Super Guide for your 60s

If you are under the age of 65, you can make superannuation contributions whether you are working or not. If you're planning to make non-concessional (after-tax) contributions, special rules apply if you are aged 63 or 64.

If you're in your 60s, milestone ages to consider include 60 (tax-free super), and turning 65 (work test for making contributions, unlimited access to super benefits, pension payment factors).

When you turn 65, the rules for accessing super are relaxed. The rules for making super contributions however, become stricter. If you’re 65-plus, you must satisfy a work test if you want to make super contributions.


When you turn 70, your employer no longer has to make Superannuation Guarantee contributions on your behalf (although this rule is set to change from July 2013).

When you turn 75, you can no longer make super contributions. When taking a pension, different pension payment factors apply depending on your age.

Note that the Age Pension age is currently 65 but gradually increasing to age 67.

Set out below are all SuperGuide articles explaining Super Guide for your 60s.

Superannuation Guarantee increased to 9.5% for 2014/2015 year, then stalls for 7 years

Storm_2535020_c

From 1 July 2014, the Superannuation Guarantee rate increased to 9.5% (from the 9.25% that applies for the 2013/2014 year). Based on new laws, the SG rate will remain at 9.5% for 7 years, increasing to 10% from July 2021, and eventually to 12% from July 2025 (see table below). Superannuation … [Read more...]

Superannuation tax refund: 10 things you should know

10thingsyoushouldknow.009

NOTE: The Low Income Super Contribution for low-income earners is available until the 2016/2017 financial year (until 30 June 2017). Originally, the Coalition government planned to repeal the LISC after one year of operation, that is, it was expected to only apply for the 2012/103 year. Due to … [Read more...]

Divorce and superannuation: Who gets what?

Pixmac000084567636_divorce

Q: I am at the end of a divorce/property settlement. My ex has agreed to give me my share of his super. Does this have to go into a superannuation fund or can he transfer it to me in some other way? And can you please explain how super should be treated when a divorce happens, because it has been … [Read more...]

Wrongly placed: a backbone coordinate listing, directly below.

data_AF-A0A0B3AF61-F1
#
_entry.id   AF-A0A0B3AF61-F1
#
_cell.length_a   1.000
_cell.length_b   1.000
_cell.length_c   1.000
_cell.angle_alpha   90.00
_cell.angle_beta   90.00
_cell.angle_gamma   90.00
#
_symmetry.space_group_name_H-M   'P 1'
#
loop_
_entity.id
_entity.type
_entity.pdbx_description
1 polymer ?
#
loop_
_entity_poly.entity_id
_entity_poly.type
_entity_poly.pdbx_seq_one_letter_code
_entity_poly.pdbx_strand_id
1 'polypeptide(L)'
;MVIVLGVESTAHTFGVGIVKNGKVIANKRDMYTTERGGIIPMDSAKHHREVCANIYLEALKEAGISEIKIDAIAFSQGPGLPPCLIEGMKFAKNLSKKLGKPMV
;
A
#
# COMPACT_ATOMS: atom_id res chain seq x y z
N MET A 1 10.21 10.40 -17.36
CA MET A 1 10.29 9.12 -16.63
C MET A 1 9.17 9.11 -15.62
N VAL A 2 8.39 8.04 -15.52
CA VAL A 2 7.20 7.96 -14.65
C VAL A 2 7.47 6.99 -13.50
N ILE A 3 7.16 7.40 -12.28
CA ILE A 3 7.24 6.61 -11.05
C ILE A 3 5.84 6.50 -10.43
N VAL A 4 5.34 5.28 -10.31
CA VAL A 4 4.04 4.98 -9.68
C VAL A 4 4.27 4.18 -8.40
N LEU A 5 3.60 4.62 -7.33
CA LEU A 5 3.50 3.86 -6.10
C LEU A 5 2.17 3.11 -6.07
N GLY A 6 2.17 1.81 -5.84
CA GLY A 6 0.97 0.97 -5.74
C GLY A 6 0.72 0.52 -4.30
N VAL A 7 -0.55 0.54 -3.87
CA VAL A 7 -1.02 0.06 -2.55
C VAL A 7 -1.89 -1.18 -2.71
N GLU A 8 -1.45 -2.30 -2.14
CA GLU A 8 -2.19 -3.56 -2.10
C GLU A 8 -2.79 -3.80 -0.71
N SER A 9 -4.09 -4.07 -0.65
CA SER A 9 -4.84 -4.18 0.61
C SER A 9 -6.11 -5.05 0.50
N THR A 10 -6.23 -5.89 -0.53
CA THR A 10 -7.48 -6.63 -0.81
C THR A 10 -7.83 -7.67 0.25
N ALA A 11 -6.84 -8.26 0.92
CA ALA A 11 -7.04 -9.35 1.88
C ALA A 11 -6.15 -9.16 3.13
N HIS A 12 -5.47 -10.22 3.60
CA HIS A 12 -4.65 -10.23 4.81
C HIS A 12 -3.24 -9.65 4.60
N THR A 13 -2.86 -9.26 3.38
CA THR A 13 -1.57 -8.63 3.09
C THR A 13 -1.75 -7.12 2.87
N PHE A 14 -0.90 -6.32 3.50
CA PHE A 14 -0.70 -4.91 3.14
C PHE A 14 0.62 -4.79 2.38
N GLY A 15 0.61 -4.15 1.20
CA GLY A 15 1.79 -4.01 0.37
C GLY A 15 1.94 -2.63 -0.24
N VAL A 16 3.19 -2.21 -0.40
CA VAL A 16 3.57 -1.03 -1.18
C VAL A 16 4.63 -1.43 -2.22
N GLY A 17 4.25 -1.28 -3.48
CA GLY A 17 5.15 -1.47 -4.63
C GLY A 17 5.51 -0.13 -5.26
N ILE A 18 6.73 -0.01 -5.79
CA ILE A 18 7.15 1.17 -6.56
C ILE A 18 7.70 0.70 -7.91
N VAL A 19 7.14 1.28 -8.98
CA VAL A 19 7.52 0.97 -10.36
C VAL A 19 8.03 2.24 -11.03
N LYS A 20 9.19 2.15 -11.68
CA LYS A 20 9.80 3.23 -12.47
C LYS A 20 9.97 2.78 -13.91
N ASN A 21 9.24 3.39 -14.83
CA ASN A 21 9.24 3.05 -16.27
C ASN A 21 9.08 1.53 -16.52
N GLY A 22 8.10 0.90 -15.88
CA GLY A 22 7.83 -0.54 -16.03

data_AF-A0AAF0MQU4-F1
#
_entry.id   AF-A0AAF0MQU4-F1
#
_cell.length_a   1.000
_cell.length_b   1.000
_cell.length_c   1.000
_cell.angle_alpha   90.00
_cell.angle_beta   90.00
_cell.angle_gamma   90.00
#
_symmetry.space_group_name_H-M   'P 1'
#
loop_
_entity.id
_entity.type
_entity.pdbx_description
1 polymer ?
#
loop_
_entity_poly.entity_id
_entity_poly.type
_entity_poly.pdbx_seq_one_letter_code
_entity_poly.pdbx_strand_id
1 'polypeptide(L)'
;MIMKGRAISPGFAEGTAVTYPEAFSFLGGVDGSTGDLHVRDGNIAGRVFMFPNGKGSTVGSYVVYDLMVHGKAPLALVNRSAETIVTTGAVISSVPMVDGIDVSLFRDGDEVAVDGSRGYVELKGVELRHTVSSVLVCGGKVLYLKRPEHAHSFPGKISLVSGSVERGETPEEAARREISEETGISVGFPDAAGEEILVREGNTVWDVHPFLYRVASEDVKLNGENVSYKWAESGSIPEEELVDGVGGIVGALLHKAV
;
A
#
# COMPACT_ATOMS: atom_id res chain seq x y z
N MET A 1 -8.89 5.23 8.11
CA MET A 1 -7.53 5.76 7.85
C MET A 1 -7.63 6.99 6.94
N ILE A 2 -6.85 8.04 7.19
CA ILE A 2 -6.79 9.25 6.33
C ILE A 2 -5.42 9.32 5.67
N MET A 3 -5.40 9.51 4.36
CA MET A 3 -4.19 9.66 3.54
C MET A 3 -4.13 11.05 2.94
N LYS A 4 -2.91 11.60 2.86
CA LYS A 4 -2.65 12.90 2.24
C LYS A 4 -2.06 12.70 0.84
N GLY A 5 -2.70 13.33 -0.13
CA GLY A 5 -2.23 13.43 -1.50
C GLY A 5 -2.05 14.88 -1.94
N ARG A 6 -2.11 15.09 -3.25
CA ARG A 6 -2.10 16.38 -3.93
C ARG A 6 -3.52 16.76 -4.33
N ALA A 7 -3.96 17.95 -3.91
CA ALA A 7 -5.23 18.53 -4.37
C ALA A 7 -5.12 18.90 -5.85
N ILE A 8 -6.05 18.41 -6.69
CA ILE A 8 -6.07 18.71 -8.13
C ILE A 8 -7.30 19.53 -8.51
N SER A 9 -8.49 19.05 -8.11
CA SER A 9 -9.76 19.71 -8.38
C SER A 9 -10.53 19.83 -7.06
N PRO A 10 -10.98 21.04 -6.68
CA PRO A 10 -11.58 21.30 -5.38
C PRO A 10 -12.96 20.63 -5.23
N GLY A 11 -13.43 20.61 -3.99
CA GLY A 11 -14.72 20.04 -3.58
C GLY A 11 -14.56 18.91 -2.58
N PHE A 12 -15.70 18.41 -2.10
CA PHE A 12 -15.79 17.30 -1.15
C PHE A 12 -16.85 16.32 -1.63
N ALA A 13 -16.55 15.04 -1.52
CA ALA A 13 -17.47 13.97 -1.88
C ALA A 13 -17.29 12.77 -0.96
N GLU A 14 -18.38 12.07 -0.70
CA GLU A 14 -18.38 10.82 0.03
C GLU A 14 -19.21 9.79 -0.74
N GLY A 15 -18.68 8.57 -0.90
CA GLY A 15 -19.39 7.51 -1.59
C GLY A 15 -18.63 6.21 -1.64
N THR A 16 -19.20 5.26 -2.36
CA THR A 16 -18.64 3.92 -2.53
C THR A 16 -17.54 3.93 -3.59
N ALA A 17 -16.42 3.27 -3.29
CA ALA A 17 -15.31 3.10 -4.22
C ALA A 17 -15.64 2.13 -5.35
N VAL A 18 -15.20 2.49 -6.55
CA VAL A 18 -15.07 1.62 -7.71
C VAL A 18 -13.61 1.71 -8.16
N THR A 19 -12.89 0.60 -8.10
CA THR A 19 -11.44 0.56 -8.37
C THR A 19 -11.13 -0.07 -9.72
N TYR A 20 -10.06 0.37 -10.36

SMSF investment: Franked dividends lose some shine from 1 July 2015

tax-down_9262014_c

The Liberal government has committed to reducing company tax to 28.5%, effective from 1 July 2015 (subject to legislation). If the company tax rate drops to 28.5%, so does the level of franking credits linked to Australian company dividends. The policy to cut company tax was originally linked to … [Read more...]

Age Pension age increasing to 70 years (updated table)

Pixmac000084378680_takenote

Note: This article (including table) explains the Age Pension eligibility age, which jumps by 5 years for younger Australians, subject to legislation. If you are seeking information on the retirement age for accessing superannuation benefits see SuperGuide article Accessing super: What is my … [Read more...]

Age Pension: September 2014 rates now apply

Pixmac000010091271_septemberrates

The Age Pension rates, effective from 20 September 2014, are set out in the tables below. A single person eligible for the FULL Age Pension can expect an annual Age Pension income (including supplement, and Clean Energy Supplement) of around $22,212. A couple eligible for the full Age Pension … [Read more...]

Are you eligible for a Commonwealth Seniors Health Card?

retired_couple_12485974_c

IMPORTANT: The government has indexed the income test thresholds for the CSHC, effective from September 2014. The income test thresholds will be now indexed annually from September of each year. WARNING: From 1 January 2015, new applicants for CSHC will need to include superannuation pension … [Read more...]

Accessing super early: 14 legal reasons to cash your super

Pixmac000083333457_access

Many Australians are facing hard times, especially with structural change transforming our economy. The harsh reality is that mortgage repayments and everyday living expenses continue even when you when suffer redundancy, illness or other forms of misfortune. We receive hundreds of emails from … [Read more...]

Loading...

60 second poll - What is important when choosing a financial adviser? Take part